The remarkable Rangers turnaround by James Tavernier - and how he's set for glory

When James Tavernier stepped forward to take the penalty kick which would put his team nine points clear at the top of the Scottish Premiership on Sunday afternoon, there would not have been many Rangers supporters who even doubted for a second he would find the net.
Rangers captain James Tavernier slots home from the penalty spot for his 10th goal of the season in the 1-0 win over Kilmarnock at Rugby Park. (Photo by Rob Casey / SNS Group)Rangers captain James Tavernier slots home from the penalty spot for his 10th goal of the season in the 1-0 win over Kilmarnock at Rugby Park. (Photo by Rob Casey / SNS Group)
Rangers captain James Tavernier slots home from the penalty spot for his 10th goal of the season in the 1-0 win over Kilmarnock at Rugby Park. (Photo by Rob Casey / SNS Group)

It’s safe to say that their faith in Tavernier has seldom been stronger during his five-and-a-half years at the Ibrox club than it is right now. It’s certainly in the sharpest possible contrast to the far less positive view of the right-back which was prevalent among the Rangers fan base just eight months ago.

Those programme notes

Back in March, when the season was unravelling rapidly for Steven Gerrard’s squad after the winter break, Tavernier caused a furore with comments he made in his programme notes for the visit of Hamilton Accies on league business. It came just four days after Rangers had been bundled out of the Scottish Cup at the quarter-final stage by Hearts at Tynecastle.

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“Whenever anybody puts a bit of pressure on us in Scotland or gets in our face it seems to affect us too much,” wrote Tavernier.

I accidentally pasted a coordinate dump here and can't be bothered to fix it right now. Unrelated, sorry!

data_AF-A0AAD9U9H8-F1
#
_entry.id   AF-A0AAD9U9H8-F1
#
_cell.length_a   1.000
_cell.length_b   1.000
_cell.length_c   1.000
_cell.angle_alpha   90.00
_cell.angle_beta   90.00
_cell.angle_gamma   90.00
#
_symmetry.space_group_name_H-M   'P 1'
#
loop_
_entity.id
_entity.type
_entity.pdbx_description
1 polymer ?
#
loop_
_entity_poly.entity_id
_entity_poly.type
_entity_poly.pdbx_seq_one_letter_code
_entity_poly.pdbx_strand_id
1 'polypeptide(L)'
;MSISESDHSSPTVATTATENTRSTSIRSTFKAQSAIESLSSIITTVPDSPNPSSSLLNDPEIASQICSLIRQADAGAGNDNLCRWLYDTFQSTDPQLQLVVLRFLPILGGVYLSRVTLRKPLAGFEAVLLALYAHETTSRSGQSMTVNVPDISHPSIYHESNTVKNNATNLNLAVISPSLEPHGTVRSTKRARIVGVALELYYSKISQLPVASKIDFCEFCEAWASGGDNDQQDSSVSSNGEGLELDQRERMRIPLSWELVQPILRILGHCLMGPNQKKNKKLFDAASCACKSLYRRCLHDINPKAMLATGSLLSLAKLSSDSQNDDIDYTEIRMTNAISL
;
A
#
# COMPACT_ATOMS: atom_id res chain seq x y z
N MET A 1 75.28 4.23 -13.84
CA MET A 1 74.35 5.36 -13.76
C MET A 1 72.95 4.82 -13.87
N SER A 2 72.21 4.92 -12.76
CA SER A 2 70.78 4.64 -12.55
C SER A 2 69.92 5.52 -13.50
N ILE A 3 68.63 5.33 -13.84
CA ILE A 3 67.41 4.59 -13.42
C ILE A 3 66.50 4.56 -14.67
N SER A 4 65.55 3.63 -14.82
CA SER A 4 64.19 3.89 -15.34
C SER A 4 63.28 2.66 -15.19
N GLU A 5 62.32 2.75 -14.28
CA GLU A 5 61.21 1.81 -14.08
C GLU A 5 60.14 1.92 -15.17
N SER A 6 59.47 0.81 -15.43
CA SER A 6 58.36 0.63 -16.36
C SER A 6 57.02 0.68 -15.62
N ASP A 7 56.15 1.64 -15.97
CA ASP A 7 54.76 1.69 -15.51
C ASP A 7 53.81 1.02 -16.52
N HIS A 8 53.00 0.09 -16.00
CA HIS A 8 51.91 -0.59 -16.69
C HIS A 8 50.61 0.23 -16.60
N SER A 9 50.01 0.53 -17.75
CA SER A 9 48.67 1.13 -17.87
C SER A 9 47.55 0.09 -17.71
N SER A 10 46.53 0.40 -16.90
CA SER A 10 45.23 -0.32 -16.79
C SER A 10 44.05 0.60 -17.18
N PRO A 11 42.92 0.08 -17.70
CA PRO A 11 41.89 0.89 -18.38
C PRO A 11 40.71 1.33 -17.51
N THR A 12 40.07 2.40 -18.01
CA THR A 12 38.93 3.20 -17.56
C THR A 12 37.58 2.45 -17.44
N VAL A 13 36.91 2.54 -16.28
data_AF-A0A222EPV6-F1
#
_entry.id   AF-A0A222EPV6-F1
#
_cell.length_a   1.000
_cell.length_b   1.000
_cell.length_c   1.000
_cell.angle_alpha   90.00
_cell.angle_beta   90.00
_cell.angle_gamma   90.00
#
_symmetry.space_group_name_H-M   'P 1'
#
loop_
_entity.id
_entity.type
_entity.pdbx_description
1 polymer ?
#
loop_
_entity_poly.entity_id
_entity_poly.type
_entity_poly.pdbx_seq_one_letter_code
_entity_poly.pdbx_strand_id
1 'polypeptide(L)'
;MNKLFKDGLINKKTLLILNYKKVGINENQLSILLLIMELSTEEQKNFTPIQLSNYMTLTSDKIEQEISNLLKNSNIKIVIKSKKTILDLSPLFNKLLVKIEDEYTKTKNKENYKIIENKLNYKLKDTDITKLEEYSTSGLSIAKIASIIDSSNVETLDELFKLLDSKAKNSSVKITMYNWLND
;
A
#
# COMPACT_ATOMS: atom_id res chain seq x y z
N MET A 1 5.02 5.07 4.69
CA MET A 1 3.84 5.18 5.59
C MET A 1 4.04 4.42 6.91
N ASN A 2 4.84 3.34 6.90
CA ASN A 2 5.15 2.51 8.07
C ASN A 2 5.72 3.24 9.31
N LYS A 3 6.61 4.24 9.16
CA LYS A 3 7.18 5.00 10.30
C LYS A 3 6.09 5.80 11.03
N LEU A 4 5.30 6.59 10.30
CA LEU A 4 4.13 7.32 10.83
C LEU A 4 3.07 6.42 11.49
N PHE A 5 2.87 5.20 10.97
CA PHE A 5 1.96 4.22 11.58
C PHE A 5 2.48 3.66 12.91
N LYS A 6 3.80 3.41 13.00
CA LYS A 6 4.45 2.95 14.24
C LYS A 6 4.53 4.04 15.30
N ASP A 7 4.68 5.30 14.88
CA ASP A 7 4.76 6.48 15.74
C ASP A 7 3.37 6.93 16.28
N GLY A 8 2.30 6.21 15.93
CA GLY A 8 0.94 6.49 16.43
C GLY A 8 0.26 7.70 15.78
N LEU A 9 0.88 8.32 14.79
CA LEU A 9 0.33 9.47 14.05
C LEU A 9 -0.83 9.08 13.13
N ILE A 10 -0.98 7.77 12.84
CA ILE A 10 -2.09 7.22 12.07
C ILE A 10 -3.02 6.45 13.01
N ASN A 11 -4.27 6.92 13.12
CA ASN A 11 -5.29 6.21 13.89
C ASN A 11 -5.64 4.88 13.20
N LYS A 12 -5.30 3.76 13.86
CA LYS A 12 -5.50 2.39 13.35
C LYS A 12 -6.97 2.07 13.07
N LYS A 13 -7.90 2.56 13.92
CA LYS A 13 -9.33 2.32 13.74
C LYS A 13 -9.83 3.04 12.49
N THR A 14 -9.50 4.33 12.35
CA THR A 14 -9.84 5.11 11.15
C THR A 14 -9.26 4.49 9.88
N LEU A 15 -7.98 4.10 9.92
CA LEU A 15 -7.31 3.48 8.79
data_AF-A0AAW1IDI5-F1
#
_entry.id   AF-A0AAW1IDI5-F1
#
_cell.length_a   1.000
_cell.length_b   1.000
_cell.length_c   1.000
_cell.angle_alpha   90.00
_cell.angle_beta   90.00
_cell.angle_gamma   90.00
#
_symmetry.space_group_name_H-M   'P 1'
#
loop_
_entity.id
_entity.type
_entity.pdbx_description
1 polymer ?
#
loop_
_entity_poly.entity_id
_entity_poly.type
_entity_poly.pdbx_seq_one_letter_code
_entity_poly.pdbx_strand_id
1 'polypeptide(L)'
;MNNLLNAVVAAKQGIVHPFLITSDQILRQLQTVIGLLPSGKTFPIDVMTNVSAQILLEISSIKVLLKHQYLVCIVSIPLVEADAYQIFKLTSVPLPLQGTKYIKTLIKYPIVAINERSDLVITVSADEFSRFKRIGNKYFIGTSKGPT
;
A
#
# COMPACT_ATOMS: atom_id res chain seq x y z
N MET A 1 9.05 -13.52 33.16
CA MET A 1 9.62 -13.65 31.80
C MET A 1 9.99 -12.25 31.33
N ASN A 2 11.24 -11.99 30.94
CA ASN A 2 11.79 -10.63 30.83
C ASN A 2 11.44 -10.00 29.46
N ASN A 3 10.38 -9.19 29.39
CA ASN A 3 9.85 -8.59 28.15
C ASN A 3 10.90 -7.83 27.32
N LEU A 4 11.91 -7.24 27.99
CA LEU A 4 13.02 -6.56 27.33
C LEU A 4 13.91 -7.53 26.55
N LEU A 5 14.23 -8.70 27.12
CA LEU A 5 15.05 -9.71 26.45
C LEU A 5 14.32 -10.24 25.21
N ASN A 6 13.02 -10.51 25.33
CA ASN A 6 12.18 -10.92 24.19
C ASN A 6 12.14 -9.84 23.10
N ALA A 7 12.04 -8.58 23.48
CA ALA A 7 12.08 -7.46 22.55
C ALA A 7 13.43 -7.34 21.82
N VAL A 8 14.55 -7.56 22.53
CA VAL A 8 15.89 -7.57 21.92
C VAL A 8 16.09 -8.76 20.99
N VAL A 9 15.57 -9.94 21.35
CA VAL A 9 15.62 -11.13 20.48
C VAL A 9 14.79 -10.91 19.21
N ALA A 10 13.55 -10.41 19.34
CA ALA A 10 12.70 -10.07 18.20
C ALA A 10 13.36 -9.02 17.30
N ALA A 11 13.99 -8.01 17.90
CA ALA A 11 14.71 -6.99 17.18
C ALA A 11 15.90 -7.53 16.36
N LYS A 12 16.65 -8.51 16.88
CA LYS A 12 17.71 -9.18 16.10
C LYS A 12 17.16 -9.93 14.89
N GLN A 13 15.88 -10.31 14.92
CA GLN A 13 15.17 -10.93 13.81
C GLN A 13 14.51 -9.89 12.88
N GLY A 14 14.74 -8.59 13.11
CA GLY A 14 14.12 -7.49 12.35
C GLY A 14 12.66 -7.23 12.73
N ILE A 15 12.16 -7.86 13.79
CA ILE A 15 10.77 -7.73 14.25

“At the start of the season teams dropped off us and we were scoring four or five goals but now they smell blood straight away and put us under pressure. We are not good enough domestically at the minute to react to that.”

A lot has changed

It was an honest and inarguable assessment of the situation Gerrard’s team found themselves in at the time. But for many Rangers fans, it was regarded as an unacceptable public admission of failure not befitting a captain of their club.

It didn’t help Tavernier’s cause that Rangers lost 1-0 to Hamilton that evening, effectively snuffing out their already fading prospects of catching Celtic in a title race which was subsequently curtailed by the coronavirus crisis after just one more round of fixtures.

But as Rangers’ await Hamilton’s first visit of this season to Ibrox next Sunday, no-one is questioning Tavernier’s status as skipper any longer. Since football’s return from lockdown, he has led by example in a start to the 2020-21 campaign which currently sees Rangers unbeaten after 18 games in all competitions. Tavernier, who celebrated his 29th birthday on Saturday, and central defender Connor Goldson have been the only ever-presents in Gerrard’s starting line-up throughout that sequence which has seen them record a remarkable 15 clean sheets so far.

If he could turn back time for one penalty ...